Ambulatory monitoring demonstrates an acute association between cookstove-related carbon monoxide and blood pressure in a Ghanaian cohort.

Authors:
Ashlinn K Quinn
Ashlinn K Quinn
Mailman School of Public Health
New York | United States
Patrick L Kinney
Patrick L Kinney
Columbia University
United States
Dr. Seyram Kaali, MD, MPH
Dr. Seyram Kaali, MD, MPH
Kintampo Health Research Centre
Kintampo, Brong-Ahafo Region | Ghana
Blair J Wylie
Blair J Wylie
Massachusetts General Hospital and Harvard Medical School
Boston | United States
Daichi Shimbo
Daichi Shimbo
Columbia University Medical Center
New York | United States
Oscar Agyei
Oscar Agyei
Kintampo Health Research Centre

Environ Health 2017 07 21;16(1):76. Epub 2017 Jul 21.

Kintampo Health Research Centre, Ghana Health Service, Brong Ahafo Region, Kintampo, Ghana.

Background: Repeated exposure to household air pollution may intermittently raise blood pressure (BP) and affect cardiovascular outcomes. We investigated whether hourly carbon monoxide (CO) exposures were associated with acute increases in ambulatory blood pressure (ABP); and secondarily, if switching to an improved cookstove was associated with BP changes. We also evaluated the feasibility of using 24-h ambulatory blood pressure monitoring (ABPM) in a cohort of pregnant women in Ghana.

Methods: Participants were 44 women enrolled in the Ghana Randomized Air Pollution and Health Study (GRAPHS). For 27 of the women, BP was measured using 24-h ABPM; home blood pressure monitoring (HBPM) was used to measure BP in the remaining 17 women. Personal CO exposure monitoring was conducted alongside the BP monitoring.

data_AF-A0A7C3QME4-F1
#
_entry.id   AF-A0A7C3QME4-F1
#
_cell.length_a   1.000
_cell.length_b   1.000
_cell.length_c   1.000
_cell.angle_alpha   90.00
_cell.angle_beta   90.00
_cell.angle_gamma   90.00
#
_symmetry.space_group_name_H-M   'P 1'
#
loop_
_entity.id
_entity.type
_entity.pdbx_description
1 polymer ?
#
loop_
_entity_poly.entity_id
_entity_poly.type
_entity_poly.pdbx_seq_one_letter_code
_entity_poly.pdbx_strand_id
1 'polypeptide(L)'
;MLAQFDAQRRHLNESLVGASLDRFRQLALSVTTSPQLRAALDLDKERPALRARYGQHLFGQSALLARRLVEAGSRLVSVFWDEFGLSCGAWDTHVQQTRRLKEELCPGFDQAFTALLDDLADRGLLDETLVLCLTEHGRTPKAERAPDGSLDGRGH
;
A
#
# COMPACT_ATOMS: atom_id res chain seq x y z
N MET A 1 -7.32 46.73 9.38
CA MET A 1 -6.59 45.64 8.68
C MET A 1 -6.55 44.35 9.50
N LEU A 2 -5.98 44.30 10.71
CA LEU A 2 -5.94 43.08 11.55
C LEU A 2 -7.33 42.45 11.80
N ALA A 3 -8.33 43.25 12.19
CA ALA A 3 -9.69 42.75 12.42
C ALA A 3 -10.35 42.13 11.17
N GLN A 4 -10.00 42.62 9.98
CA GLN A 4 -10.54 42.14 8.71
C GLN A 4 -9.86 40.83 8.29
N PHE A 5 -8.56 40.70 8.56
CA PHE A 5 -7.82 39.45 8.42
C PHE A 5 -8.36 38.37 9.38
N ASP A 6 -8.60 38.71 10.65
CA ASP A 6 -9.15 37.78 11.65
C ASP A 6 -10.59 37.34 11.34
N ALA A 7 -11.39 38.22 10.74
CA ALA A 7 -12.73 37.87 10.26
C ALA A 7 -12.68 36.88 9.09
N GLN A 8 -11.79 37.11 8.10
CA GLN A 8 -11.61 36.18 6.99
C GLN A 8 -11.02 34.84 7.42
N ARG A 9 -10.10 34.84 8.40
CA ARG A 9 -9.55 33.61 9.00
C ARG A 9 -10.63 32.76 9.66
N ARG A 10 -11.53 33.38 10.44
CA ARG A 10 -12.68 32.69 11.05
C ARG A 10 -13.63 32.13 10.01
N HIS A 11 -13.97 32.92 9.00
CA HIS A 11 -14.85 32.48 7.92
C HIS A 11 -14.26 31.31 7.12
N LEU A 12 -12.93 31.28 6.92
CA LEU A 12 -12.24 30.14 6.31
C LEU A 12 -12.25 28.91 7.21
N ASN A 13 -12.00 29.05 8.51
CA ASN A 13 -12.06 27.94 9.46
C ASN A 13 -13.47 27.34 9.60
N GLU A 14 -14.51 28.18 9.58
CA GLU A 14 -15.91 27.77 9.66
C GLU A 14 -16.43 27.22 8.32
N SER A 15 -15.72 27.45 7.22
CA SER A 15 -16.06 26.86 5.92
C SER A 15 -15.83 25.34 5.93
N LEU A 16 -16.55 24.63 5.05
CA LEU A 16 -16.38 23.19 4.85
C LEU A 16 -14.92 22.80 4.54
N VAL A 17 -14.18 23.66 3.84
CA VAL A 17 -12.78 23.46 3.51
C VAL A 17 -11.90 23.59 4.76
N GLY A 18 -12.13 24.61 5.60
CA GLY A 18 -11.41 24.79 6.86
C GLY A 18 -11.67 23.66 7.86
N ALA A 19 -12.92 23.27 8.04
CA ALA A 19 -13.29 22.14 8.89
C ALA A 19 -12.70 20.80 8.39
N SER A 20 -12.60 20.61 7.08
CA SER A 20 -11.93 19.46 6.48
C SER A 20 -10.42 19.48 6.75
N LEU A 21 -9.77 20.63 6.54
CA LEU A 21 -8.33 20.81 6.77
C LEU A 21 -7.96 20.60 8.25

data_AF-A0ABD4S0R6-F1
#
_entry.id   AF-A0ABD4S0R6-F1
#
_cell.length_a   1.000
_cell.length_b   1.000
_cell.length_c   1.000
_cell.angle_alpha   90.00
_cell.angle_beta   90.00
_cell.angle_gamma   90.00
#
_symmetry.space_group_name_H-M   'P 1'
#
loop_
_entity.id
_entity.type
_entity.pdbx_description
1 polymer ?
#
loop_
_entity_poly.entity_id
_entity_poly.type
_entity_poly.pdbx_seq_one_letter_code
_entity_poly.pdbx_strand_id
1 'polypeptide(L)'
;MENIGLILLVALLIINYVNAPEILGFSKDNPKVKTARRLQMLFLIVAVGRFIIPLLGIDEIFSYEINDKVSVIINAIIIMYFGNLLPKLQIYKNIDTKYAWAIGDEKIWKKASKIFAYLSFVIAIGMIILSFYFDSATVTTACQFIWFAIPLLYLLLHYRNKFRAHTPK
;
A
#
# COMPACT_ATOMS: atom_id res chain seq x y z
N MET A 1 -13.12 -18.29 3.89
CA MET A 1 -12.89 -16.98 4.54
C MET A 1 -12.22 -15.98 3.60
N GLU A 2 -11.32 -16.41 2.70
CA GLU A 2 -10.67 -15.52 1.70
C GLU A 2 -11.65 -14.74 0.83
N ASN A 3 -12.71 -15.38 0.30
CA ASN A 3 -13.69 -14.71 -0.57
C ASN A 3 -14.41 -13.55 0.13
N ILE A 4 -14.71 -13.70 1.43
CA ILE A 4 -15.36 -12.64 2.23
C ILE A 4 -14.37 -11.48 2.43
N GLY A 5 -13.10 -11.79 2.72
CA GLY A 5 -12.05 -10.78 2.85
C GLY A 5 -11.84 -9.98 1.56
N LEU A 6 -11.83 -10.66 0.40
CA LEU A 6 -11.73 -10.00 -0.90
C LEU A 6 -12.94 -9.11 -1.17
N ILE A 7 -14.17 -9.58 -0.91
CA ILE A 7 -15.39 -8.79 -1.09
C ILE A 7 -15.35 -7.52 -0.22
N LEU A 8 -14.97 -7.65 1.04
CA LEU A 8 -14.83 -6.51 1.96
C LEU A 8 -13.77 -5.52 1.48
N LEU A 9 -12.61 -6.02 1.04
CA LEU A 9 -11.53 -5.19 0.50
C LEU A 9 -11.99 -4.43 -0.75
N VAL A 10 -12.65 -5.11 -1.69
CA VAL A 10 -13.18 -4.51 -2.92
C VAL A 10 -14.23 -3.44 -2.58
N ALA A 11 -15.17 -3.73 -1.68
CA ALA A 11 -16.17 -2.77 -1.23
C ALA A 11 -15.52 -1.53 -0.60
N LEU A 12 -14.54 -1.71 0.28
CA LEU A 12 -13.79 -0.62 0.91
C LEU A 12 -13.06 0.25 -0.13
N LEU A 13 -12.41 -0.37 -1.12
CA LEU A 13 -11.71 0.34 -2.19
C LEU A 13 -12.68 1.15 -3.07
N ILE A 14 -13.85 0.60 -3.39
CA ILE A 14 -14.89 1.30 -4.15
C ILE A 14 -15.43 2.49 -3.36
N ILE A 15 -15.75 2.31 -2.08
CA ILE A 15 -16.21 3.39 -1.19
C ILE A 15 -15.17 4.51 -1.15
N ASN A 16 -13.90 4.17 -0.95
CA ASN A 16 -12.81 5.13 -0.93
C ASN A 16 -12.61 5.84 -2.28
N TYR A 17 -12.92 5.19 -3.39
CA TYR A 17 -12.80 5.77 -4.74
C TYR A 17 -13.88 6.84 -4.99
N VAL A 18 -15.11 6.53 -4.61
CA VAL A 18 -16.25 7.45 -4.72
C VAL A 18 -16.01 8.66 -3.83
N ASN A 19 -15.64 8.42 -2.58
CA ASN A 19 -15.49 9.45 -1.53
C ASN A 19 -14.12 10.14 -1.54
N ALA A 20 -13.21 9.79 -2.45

Results: ABPM revealed that peak CO exposure (defined as ≥4.1 ppm) in the 2 hours prior to BP measurement was associated with elevations in hourly systolic BP (4.3 mmHg [95% CI: 1.1, 7.4]) and diastolic BP (4.5 mmHg [95% CI: 1.9, 7.2]), as compared to BP following lower CO exposures. Women receiving improved cookstoves had lower post-intervention SBP (within-subject change in SBP of -2.1 mmHg [95% CI: -6.6, 2.4] as compared to control), though this result did not reach statistical significance. 98.1% of expected 24-h ABPM sessions were successfully completed, with 92.5% of them valid according to internationally defined criteria.

Conclusions: We demonstrate an association between acute exposure to carbon monoxide and transient increases in BP in a West African setting. ABPM shows promise as an outcome measure for assessing cardiovascular health benefits of cookstove interventions.

Trial Registration: The GRAPHS trial was registered with clinicaltrials.gov on 13 April 2011 with the identifier NCT01335490 .

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http://dx.doi.org/10.1186/s12940-017-0282-9DOI Listing
http://www.ncbi.nlm.nih.gov/pmc/articles/PMC5521137PMC

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July 2017
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